De-centering Deficit Thinking in Family Literacy Work
This paper is rooted in an assumption that the tenacity of deficit thinking in family literacy programs in Canada is partly a reflection of our colonial settler history. I explore how embracing an ethic of “robust respect” may offer a way of re-orienting family literacy programs away from deficit thinking and towards relationships. Drawing on observation of the Traditional Aboriginal Parenting Program, I describe how “robust respect” is characterized by building respectful relationships, valuing the other, and acknowledging the historical and political context in which family literacy work is located.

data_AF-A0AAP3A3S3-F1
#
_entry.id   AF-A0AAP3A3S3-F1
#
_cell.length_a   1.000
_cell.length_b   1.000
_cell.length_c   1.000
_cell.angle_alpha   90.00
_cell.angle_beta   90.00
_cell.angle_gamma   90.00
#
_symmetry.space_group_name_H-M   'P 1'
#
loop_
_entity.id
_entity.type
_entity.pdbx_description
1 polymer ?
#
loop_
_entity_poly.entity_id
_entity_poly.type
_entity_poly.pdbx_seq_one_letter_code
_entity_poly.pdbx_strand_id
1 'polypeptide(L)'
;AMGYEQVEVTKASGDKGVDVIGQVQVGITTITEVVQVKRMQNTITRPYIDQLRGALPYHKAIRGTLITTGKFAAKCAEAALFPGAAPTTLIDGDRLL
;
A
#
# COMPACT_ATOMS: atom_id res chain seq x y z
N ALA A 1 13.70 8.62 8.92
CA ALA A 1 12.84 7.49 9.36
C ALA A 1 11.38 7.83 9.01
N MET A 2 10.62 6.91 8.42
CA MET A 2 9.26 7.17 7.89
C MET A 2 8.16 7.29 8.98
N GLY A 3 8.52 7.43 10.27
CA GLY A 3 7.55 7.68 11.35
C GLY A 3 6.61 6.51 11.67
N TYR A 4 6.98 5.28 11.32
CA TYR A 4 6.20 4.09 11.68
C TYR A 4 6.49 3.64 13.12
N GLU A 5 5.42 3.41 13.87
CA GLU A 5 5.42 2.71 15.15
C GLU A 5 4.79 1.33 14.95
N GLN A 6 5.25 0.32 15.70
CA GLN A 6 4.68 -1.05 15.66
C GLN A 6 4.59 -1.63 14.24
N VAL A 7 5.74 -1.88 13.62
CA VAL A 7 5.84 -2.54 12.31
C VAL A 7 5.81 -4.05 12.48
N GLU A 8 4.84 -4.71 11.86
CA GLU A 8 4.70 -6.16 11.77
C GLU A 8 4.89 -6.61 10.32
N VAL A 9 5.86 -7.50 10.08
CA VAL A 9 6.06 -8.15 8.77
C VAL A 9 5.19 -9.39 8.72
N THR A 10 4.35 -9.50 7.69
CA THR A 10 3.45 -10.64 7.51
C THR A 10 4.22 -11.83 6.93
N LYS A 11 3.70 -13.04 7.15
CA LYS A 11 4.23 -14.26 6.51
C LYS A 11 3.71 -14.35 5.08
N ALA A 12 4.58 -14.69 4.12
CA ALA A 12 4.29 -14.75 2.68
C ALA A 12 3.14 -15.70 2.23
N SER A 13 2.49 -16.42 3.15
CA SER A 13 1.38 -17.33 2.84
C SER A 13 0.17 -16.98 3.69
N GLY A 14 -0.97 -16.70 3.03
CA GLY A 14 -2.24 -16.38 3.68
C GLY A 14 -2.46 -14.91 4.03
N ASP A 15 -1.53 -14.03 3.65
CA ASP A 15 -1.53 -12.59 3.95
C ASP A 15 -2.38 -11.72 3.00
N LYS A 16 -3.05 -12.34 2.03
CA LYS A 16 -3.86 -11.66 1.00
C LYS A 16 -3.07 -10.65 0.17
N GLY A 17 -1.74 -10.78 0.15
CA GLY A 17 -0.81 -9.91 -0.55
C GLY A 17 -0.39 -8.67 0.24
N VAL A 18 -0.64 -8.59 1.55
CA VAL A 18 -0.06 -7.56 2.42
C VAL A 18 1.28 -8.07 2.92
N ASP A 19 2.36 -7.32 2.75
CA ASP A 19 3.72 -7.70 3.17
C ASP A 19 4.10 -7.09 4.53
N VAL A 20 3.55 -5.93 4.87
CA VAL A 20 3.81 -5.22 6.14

How to Cite
LicenseAuthors who publish with this journal agree to the following terms:
- Authors retain copyright and grant the journal right of first publication with the work simultaneously licensed under a Creative Commons Attribution License that allows others to share the work with an acknowledgement of the work's authorship and initial publication in this journal.
- Authors are able to enter into separate, additional contractual arrangements for the non-exclusive distribution of the journal's published version of the work (e.g., post it to an institutional repository or publish it in a book), with an acknowledgement of its initial publication in this journal.
- Authors are permitted and encouraged to post their work online (e.g., in institutional repositories or on their website) prior to and during the submission process, as it can lead to productive exchanges, as well as earlier and greater citation of published work (See The Effect of Open Access).